Machine Learning (ML) is now a de-facto skill for every quantitative job and almost every industry embraced it, even though fundamentals of the field is not new at all. However, what does it mean to teach to a machine? Unfortunately, for even moderate technical people coming from different backgrounds, answer to this question is not apparent in the first instance. This sounds like a conceptual and jargon issue, but it lies in the very success of supervised learning algorithms. What is a machine in machine learning First of all here, machine does not mean a machine in conventional sense, but computational modules or set of instructions.
First of all here, machine does not mean a machine in conventional sense, but computational modules or set of instructions. It is called machine because of thermodynamics can be applied to analyse this computational modules, their algorithmic complexity can be map to an energy consumption and work production, recall Landauer Principle. Charles Bennett has an article on this principle, here.
For my submission to HackCambridge I wanted to spend my 24 hours learning something new in accordance with my interests. I was recently introduced to protein interaction networks in my Bioinfomartics class, and during my review of machine learning techniques for an exam noticed that we study many supervised methods, but no unsupervised methods other than the k means clustering. Thus I decided to combine the two interests by clustering the Protein interaction networks with unsupervised clustering techniques and communicate my learning, results, and visualisations using the Beaker notebook. The study of protein-protein interactions (PPIs) determined by high-throughput experimental techniques has created karge sets of interaction data and a new need for methods allowing us to discover new information about biological function. These interactions can be thought of as a large-scale network, with nodes representing proteins and edges signifying an interaction between two proteins.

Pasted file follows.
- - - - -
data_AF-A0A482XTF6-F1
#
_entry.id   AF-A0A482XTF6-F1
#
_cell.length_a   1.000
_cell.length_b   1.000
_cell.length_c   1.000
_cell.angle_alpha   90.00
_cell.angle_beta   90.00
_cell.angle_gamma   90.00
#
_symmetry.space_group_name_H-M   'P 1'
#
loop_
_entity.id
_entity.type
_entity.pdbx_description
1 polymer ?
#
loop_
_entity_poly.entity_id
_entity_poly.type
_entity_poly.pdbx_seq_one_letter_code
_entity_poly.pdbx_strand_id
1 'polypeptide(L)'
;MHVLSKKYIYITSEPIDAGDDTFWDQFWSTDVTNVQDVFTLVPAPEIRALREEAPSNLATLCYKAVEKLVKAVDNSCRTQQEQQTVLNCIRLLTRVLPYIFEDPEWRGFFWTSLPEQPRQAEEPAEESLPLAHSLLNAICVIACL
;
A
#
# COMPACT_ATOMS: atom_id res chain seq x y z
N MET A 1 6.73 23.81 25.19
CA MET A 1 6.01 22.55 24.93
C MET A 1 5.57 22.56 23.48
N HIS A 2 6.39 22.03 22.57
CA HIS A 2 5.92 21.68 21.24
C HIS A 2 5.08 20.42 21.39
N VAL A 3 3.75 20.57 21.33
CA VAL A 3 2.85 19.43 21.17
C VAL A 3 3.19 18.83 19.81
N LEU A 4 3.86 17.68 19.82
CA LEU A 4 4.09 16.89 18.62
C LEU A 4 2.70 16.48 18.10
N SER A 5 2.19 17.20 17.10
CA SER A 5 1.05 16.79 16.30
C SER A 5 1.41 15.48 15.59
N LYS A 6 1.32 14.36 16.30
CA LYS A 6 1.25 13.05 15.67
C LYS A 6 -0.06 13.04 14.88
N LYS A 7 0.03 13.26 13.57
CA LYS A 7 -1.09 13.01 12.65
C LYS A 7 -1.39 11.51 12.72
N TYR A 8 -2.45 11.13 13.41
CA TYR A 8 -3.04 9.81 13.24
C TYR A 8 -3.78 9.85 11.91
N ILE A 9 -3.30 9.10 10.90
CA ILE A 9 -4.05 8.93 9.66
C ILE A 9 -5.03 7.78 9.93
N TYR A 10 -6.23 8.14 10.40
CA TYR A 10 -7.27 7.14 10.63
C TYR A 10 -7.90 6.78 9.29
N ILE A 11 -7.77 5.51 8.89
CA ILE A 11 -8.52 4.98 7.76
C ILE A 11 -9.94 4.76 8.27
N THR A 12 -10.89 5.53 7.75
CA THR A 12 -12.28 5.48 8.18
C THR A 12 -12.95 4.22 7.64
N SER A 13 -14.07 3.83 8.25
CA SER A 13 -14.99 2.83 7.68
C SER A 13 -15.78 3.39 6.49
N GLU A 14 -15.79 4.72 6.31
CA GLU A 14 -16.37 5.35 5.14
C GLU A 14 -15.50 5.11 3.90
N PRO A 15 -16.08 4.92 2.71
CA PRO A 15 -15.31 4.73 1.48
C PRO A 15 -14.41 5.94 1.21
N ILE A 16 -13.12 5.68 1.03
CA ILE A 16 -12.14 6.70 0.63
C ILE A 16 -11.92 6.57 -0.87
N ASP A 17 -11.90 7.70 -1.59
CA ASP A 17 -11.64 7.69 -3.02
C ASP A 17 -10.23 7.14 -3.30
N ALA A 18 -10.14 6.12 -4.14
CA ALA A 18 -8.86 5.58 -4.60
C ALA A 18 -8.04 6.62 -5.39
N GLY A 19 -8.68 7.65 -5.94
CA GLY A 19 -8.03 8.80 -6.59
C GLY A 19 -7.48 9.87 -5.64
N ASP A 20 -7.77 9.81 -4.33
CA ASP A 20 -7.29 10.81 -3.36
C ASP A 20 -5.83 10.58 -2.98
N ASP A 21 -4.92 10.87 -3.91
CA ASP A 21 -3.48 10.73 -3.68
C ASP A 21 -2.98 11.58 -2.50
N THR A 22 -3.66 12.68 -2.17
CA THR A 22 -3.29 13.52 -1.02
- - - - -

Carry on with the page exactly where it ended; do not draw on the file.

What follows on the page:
Since completing my Masters in Data Science, I have had a number of people contact me asking for my experience with the course and whether it is worth recommending. Therefore, I thought it best to summarise my decision for starting the course, what I have achieved during my studies, and the outcome in the years following. It was the spring of 2016 and I was coming towards the end of a 6 month internship at one of the largest consulting firms in the City of London. I had taken this role to gain experience and figure out whether becoming an Actuary was the correct route for my career. I quickly found passion in the data analytics of the role as I was being pulled into meetings to discuss numbers I had crunched or was able hack together a tool to automate previously manual tasks.
"When we try to pick out anything by itself, we find it hitched to everything else in the universe" – John Muir Often in real-world tasks, there isn't enough data to take full advantage of deep learning. However, it is possible to leverage other datasets to reach a critical mass. Sharing knowledge across diverse datasets leads to more general knowledge, deeper insights and more well-informed decisions. This is especially true in domains like healthcare, where data for any particular task can be expensive or dangerous to collect. Modeling datasets separately wastes useful structure that could be shared between them.